Types of Firewall

  1. Packet-Filtering Firewalls: This is the oldest type of firewall architecture. When a packet passes through this firewall then it would check its source address, a destination address, port number, and protocols without opening the packet. If the packet is not according to the rules then the packet is dropped. These firewalls are of low cost and are best suited for small networks. However, these firewalls work only on the network layer and they are vulnerable to spoofing.
  2. Circuit-Level Gateway Firewalls: It works on the Session layer of the OSI model. It checks that the TCP 3-way handshakes are legitimate(according to the rules) or not. While they are extremely efficient but the firewall doesn't check the packet itself. So if any packet contains the malware and passes the TCP handshake checks then it would pass through the firewall and the system would be at risk.
  3. Stateful Inspection Firewalls: They are also called dynamic packet filtering firewalls. They maintain a track of all the open connections of the network. If any new packet arrives then the firewall checks if the new packet is of one the open connections then it simply allows the packet to pass. But, if the new packet is not of one of those open connections then it checks the packets according to the rules set for new connections.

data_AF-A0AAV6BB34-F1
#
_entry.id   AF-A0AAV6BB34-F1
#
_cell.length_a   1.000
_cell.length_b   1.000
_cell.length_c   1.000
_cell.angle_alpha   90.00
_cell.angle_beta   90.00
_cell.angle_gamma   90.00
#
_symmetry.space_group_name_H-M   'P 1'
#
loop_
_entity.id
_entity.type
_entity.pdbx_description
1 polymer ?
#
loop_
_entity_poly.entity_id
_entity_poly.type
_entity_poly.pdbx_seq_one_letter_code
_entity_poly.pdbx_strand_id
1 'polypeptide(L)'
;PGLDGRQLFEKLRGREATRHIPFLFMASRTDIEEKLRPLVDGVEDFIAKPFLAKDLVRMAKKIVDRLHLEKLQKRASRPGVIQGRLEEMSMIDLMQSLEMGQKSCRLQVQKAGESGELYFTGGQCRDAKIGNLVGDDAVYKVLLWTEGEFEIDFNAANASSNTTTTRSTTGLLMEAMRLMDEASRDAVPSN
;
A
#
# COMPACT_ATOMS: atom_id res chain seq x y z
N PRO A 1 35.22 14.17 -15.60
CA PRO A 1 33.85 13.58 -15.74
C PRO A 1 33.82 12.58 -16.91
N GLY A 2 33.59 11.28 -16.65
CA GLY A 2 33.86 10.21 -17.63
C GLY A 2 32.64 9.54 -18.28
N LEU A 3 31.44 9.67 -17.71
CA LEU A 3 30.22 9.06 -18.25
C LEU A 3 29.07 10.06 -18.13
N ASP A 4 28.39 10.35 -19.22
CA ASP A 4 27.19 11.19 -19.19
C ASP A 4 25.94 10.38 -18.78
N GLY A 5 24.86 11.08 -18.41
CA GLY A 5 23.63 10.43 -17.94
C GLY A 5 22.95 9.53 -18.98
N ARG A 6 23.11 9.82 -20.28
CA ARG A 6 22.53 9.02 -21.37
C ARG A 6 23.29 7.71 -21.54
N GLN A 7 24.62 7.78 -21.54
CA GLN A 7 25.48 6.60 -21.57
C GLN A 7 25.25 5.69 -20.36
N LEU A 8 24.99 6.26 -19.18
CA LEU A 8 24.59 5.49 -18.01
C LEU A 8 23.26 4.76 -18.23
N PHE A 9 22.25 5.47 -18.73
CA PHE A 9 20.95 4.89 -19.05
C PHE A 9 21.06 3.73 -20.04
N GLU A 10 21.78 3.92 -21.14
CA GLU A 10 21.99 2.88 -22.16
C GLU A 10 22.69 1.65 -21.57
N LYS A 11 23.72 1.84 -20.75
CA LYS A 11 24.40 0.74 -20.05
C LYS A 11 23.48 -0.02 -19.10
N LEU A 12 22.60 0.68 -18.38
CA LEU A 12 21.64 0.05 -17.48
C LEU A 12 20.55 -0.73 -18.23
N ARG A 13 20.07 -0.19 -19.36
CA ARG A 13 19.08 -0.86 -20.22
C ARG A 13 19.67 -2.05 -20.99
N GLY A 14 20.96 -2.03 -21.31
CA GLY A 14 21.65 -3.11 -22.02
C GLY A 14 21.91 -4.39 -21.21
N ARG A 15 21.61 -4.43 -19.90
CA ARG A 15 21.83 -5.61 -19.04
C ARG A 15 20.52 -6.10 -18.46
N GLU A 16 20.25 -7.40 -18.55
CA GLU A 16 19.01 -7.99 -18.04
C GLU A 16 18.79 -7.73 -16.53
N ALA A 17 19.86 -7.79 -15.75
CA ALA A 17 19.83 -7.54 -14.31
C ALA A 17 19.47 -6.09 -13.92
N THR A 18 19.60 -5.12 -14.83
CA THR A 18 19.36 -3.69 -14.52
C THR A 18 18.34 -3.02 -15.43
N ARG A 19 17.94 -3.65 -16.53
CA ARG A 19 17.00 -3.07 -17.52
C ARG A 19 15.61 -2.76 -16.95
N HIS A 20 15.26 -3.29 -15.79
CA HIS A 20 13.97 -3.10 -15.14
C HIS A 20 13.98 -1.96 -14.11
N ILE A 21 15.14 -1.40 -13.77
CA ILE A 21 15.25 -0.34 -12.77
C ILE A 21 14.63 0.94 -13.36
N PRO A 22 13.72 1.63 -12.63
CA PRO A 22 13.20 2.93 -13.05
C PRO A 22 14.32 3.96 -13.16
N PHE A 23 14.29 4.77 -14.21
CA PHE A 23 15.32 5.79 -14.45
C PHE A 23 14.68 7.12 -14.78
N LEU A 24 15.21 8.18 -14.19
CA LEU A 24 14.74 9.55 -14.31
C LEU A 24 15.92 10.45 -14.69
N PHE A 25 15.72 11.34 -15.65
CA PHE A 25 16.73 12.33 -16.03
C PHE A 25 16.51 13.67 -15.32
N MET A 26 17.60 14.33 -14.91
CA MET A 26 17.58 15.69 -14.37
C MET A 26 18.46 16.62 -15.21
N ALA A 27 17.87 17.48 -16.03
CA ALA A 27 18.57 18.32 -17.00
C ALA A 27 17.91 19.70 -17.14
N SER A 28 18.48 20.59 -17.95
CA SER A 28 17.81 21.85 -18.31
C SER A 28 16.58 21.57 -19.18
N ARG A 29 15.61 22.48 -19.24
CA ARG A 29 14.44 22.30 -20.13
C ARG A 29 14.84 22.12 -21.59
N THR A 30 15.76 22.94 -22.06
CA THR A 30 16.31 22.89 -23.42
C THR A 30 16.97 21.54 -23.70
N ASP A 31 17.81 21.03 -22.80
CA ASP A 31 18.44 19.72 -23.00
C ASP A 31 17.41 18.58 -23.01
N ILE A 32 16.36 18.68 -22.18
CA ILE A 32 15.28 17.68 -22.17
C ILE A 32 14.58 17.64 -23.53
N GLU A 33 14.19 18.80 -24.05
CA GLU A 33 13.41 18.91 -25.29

4. Application Firewall: It is also called a proxy-based firewall. This firewall operates at the application layer and filters the incoming traffic. When there is a proxy firewall then both the client and the server connect through an intermediary i.e. proxy servers. So, now when any external client wants to connect to any internal server or vice versa, then the client will have to open a connection with proxy instead. The proxy firewall first establishes a connection to the source of the traffic and then it inspects the incoming data packet. These firewalls may check the actual content of the packet so that if the packet contains any malware it can be rejected. The advantage of using a proxy server is that it makes hard for the attacker to discover a network actually is and hence provides security.